When I first meet with a client I need to first know the bra’s intended use. Is this bra intended to be worn under your wedding dress or are you really looking for an everyday basic bra? There is a pretty big difference between the two! A silk and lace bra is beautiful but may not work under your everyday clothes.
The bra’s purpose drives the next set of decisions: the style, fabric and trim choices. I cannot tell you how much fun it is to play with the fabric and trim swatch cards and place lace over fabrics for different effects. Yes, I am always ready with recommendations and I am very fast with the sketch pad, but in the end it is the client’s choice. This is definitely one of the best parts of having something custom made.
Once we establish purpose and fabrics, we can measure. The measurement process involves the traditional tape measure and some not-so-traditional measuring – trying on a variety of cup sizes, measuring the space, if any, between the breasts, and measuring the diameter of the breasts for the correct wire size.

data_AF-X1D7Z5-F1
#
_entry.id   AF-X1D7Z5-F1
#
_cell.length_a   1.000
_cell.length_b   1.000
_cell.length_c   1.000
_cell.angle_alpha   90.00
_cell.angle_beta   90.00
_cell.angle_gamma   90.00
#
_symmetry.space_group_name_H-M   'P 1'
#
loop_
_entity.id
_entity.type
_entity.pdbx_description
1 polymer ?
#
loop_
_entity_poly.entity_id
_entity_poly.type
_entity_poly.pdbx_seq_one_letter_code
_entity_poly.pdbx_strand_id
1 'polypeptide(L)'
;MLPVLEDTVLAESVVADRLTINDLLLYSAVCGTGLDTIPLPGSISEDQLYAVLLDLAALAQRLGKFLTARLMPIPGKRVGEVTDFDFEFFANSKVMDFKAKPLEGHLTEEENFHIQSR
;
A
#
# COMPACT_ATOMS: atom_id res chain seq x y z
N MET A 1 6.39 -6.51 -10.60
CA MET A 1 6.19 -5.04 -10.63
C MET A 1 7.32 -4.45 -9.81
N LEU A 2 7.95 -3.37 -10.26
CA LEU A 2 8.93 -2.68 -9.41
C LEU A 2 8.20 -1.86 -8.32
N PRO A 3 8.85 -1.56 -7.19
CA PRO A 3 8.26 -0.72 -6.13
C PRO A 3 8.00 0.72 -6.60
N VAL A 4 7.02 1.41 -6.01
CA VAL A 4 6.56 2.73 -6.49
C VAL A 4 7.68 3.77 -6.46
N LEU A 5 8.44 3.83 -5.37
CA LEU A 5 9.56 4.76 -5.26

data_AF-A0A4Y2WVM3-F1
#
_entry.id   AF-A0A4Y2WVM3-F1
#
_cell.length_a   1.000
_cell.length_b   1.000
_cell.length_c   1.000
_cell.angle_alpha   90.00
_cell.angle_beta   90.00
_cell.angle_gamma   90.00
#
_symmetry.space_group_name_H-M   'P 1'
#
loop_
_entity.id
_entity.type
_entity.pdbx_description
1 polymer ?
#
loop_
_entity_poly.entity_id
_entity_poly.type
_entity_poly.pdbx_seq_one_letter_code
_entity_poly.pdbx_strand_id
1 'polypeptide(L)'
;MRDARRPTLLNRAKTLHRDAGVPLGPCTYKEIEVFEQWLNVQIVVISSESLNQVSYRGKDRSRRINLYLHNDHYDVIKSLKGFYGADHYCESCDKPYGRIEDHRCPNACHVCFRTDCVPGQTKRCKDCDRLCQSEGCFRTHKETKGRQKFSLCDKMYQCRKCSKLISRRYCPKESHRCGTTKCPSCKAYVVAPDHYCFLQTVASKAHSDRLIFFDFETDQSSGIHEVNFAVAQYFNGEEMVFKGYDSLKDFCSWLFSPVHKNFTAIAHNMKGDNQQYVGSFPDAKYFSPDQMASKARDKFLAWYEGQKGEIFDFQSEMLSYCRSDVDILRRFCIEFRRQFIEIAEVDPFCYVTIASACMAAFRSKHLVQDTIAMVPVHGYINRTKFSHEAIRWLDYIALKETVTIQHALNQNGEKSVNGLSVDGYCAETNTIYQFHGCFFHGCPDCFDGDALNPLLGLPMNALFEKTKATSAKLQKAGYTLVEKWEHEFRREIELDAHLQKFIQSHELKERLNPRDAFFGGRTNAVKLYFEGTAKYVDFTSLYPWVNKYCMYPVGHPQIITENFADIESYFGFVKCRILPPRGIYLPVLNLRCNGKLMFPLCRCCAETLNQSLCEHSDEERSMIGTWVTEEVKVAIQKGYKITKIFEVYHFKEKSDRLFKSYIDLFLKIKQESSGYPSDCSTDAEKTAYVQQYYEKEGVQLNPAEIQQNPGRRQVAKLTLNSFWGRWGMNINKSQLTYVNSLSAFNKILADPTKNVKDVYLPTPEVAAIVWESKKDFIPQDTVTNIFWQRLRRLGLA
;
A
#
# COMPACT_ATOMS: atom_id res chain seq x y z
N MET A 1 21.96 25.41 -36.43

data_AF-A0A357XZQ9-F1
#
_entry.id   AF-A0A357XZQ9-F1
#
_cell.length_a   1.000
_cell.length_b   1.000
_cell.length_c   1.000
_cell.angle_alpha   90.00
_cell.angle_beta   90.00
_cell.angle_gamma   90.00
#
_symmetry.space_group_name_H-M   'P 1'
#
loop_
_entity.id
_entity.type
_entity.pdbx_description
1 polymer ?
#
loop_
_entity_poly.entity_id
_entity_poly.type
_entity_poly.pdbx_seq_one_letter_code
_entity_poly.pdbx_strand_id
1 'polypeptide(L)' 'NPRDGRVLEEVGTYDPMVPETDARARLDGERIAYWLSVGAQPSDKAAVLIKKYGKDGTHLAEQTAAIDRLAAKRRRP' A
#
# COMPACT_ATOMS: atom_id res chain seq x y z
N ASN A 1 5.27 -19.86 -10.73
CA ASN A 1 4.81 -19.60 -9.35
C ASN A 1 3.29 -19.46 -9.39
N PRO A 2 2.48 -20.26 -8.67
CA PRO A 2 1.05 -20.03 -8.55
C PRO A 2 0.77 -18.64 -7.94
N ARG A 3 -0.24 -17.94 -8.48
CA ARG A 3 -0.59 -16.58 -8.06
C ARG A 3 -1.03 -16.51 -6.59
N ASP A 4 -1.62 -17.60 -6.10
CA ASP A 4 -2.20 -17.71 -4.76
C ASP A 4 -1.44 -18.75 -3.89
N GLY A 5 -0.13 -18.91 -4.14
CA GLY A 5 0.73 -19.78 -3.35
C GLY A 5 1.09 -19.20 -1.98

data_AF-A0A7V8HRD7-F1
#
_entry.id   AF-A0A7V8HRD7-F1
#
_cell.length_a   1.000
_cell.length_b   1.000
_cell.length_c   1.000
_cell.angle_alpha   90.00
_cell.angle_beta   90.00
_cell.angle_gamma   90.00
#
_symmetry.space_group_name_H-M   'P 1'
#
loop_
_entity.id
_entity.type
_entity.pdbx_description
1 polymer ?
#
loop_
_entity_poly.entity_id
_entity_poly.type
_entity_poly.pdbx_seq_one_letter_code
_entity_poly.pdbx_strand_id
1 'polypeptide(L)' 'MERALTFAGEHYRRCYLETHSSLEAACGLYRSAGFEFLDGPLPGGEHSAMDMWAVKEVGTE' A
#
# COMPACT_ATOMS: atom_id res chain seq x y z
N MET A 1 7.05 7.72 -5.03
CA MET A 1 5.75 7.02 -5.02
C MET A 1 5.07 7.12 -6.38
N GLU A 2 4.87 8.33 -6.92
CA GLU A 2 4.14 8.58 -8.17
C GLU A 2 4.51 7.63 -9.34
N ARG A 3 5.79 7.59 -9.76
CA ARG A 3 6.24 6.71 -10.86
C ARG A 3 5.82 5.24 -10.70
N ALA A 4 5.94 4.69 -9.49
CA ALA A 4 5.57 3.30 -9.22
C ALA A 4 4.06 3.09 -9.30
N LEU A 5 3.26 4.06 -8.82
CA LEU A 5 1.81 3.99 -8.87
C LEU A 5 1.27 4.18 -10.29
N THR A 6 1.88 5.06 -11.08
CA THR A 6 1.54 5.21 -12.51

Unlike the bras in the stores, the bra cups I use for fitting have little variation in size and shape from one cup to the next so I can fit anyone of any size. Between a C cup and a D cup? No problem. I probably have a cup that comes close. I see what each cup variation looks like on you and then I know how to make a cup to fit you precisely. It goes without saying that it is absolutely key for me to get the proper measurements since I use them to draft your pattern.
As a side note on measuring, I would love to have you measure yourself, report back to me, and then I would make a bra, that would just not work. You see, everyone has their own idea of where and how to measure their body. Take the ribcage: should be an easy one, right? Well, I had one bra store “specialist” measure my ribcage and she was more than 3” off because she thought it was ok to let the measuring tape descend down my back at an angle to the floor. Fail! By the way, the act of measuring yourself distorts the results. Think about it – you are twisting and turning to see the measuring tape and your body distorts while doing so.